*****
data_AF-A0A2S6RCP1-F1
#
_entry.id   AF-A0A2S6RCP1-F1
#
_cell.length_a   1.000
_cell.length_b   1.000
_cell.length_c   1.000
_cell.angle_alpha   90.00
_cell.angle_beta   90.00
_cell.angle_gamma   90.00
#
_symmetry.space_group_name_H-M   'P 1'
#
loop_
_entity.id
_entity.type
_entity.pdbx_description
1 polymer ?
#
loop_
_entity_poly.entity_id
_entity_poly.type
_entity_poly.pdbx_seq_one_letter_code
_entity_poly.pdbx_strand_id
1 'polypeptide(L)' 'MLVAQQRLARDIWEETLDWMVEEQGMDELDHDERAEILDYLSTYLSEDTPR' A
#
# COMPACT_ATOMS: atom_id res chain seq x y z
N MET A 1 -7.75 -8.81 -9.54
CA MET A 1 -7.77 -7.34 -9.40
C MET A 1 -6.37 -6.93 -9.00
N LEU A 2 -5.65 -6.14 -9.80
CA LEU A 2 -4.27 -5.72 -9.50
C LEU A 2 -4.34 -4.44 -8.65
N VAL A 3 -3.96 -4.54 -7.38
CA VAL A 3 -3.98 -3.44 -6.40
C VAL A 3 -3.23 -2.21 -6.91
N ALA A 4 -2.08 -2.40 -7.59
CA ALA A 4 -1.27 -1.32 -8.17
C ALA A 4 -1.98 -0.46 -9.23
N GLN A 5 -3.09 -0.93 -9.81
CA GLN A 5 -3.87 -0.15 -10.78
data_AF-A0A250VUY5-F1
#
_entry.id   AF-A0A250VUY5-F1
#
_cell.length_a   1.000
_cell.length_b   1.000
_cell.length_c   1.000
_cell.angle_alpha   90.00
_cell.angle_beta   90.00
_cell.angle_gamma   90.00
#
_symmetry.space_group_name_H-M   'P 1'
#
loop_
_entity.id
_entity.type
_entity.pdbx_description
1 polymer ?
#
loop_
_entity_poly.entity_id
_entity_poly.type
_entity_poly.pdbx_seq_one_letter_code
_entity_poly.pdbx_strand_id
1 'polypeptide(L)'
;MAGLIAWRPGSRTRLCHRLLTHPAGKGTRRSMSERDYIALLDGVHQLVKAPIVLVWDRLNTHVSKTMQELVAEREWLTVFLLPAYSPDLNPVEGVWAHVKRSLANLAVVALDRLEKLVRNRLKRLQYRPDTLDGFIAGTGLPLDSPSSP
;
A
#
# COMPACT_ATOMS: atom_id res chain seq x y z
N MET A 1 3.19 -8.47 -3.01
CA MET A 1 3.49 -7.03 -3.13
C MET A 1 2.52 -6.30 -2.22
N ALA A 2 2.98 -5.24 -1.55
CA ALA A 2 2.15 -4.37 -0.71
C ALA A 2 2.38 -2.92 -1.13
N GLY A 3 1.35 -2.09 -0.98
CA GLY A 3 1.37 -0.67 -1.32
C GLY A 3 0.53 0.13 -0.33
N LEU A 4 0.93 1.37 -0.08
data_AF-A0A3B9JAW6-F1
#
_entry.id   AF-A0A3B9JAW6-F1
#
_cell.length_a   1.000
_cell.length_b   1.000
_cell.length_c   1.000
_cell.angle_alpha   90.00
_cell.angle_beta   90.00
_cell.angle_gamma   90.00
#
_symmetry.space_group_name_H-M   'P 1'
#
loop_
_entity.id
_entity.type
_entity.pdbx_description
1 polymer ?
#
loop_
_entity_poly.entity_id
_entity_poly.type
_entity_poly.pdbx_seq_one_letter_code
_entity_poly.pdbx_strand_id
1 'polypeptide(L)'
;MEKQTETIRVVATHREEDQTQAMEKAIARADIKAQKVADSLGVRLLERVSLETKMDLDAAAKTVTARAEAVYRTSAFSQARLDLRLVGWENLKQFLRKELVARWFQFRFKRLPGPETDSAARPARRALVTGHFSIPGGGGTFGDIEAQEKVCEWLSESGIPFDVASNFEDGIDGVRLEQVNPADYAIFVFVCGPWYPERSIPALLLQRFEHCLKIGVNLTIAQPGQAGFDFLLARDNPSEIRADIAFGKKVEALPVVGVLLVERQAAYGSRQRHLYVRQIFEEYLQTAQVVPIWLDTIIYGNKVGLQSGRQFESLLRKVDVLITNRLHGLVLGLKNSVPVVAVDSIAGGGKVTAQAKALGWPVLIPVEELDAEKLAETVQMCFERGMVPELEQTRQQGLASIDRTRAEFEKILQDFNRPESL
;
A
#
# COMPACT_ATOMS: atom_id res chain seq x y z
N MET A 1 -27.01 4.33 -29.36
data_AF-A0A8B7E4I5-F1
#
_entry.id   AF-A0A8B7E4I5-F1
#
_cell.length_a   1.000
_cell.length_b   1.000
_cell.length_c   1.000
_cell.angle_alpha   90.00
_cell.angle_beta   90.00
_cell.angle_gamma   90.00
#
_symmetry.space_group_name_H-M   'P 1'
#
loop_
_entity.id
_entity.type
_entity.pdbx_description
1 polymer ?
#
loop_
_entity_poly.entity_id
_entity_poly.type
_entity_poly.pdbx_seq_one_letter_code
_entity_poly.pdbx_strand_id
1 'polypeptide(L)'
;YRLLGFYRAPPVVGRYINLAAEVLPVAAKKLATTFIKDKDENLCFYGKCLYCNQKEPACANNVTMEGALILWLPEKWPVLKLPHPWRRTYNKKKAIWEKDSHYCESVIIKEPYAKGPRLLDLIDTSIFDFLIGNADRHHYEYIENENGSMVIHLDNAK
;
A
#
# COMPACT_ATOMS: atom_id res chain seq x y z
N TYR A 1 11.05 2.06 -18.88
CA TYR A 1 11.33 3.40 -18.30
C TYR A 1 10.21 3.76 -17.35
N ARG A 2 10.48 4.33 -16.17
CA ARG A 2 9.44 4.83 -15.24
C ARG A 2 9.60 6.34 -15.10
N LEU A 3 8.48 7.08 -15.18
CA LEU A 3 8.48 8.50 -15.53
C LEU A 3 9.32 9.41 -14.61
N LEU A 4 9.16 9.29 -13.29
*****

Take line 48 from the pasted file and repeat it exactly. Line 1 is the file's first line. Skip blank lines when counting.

_cell.length_c   1.000